A team of researchers at UC San Francisco and UC Berkeley have mapped the three-dimensional global connections within the brains of seven adults who have genetic malformations that leave them without the corpus callosum, which connects the left and right sides of the brain. The scientists combined hospital MRIs with network analysis methods to carry out their study.
These “structural connectome” maps, described in the upcoming April 15 issue of Neuroimage, reveal new details about the condition known as agenesis of the corpus callosum, which is one of the top genetic causes of autism and was part of the mysterious brain physiology of Laurence Kim Peek, the remarkable savant portrayed by Dustin Hoffman in the 1987 movie Rain Man.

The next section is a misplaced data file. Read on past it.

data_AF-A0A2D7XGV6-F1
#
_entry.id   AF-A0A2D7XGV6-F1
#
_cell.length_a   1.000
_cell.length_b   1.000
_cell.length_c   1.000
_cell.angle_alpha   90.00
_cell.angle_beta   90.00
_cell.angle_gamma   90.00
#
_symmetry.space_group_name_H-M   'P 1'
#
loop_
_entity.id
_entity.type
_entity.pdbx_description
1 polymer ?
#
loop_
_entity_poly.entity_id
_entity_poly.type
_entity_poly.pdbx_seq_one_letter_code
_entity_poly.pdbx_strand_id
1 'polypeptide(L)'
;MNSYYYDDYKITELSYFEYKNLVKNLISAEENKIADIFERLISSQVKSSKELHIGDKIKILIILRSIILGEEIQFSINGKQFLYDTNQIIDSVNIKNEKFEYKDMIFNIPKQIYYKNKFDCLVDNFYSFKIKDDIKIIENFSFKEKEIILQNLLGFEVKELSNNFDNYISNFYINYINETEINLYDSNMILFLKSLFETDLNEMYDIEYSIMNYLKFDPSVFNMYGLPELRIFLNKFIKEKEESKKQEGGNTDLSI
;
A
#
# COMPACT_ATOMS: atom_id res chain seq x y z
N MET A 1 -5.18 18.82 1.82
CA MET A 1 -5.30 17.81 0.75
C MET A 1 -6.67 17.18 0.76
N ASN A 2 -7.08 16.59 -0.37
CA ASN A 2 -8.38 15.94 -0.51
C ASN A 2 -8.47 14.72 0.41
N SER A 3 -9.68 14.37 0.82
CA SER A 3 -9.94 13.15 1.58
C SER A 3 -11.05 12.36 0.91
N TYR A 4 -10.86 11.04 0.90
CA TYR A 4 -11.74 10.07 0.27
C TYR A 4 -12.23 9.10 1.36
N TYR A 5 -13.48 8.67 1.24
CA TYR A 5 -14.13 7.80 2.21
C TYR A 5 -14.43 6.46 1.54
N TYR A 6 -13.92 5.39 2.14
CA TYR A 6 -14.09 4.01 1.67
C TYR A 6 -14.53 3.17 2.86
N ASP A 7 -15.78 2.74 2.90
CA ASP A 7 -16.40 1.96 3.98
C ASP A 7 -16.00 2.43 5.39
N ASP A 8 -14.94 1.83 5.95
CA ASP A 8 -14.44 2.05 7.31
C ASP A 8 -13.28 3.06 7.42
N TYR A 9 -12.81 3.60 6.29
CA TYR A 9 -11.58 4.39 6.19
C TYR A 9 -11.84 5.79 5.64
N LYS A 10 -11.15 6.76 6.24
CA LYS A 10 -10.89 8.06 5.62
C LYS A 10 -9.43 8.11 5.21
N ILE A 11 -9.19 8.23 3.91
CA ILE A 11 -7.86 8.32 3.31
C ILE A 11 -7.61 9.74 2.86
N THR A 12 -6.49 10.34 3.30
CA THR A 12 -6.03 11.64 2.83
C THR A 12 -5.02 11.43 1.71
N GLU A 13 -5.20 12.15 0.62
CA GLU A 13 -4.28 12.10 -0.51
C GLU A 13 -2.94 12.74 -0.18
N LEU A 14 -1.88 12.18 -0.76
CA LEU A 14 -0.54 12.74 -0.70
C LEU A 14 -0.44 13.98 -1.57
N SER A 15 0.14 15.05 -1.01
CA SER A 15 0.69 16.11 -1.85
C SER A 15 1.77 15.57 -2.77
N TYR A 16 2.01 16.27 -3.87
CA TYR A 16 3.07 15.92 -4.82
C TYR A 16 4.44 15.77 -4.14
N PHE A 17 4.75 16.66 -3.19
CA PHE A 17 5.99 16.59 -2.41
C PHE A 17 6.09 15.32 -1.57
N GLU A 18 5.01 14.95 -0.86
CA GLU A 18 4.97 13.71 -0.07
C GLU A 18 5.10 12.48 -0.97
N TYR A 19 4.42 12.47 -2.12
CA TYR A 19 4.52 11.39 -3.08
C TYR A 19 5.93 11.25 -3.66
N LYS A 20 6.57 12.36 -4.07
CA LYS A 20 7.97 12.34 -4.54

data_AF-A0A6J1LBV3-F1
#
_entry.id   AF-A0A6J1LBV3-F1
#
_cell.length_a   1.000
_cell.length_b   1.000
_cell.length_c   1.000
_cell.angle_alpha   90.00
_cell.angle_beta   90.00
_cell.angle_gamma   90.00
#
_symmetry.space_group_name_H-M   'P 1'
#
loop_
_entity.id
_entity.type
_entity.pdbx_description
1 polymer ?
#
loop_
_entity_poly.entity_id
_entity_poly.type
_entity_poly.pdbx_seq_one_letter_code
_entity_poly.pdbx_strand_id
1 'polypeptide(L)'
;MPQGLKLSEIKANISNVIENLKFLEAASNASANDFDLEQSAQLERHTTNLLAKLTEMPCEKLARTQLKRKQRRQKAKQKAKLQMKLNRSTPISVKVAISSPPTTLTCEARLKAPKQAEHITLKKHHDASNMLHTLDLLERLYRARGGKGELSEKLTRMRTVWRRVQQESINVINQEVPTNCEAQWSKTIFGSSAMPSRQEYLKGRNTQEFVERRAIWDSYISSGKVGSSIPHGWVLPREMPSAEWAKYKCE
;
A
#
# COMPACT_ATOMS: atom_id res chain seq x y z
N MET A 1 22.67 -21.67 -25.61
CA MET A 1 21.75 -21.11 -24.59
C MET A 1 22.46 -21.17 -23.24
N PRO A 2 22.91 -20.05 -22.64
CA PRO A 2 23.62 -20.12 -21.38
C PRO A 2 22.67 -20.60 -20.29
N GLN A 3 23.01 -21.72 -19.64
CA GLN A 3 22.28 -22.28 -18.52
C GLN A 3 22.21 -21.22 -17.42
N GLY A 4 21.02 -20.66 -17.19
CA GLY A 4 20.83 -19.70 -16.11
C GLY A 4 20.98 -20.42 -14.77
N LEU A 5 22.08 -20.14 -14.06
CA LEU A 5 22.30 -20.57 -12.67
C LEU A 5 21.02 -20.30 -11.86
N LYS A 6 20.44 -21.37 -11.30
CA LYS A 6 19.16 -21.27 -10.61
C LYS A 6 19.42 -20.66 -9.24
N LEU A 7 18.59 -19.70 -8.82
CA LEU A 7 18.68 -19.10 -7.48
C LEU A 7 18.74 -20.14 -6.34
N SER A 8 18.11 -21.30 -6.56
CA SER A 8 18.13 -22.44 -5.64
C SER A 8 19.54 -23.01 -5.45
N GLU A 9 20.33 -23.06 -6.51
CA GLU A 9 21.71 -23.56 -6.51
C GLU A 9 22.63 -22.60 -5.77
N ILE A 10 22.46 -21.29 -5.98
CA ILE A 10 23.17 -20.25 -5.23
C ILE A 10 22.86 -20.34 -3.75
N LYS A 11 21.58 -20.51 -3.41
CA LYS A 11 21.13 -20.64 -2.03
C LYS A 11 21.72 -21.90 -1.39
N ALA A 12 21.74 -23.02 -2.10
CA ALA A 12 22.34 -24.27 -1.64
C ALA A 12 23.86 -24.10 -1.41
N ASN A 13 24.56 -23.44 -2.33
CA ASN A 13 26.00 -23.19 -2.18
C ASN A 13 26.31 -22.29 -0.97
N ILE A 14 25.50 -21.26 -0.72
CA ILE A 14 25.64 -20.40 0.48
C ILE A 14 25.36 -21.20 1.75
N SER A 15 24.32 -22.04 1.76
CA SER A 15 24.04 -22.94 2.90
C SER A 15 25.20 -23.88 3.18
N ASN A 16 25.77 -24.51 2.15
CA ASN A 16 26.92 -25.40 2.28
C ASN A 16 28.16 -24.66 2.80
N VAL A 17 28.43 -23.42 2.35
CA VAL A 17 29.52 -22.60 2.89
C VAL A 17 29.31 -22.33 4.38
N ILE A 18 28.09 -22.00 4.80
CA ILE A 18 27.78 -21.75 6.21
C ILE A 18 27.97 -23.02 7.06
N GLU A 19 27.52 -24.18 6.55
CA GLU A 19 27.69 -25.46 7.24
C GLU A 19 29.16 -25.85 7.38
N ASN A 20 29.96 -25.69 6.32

While some people born with agenesis of the corpus callosum are of normal intelligence and do not have any obvious signs of neurologic disease, approximately 40% of people with the condition are at high risk for autism. Given this, the work is a step toward finding better ways to image the brains of people with the condition, said Pratik Mukherjee, M.D., Ph.D., a professor of radiology and biomedical imaging at UCSF who was the co-senior author of the research.
Understanding how brain connectivity varies from person to person may help researchers identify imaging biomarkers for autism to help diagnose it and manage care for individuals. Currently autism is diagnosed and assessed based on cognitive tests, such as those involving stacking blocks and looking at pictures on flip cards.
While the new work falls short of a quantitative measure doctors could use instead of cognitive testing, it does offer a proof-of-principle that this novel technique may shed light on neurodevelopment disorders, according to Dr. Mukhergee. “Because you are looking at the whole brain at the network level, you can do new types of analysis to find what’s abnormal,” he explained.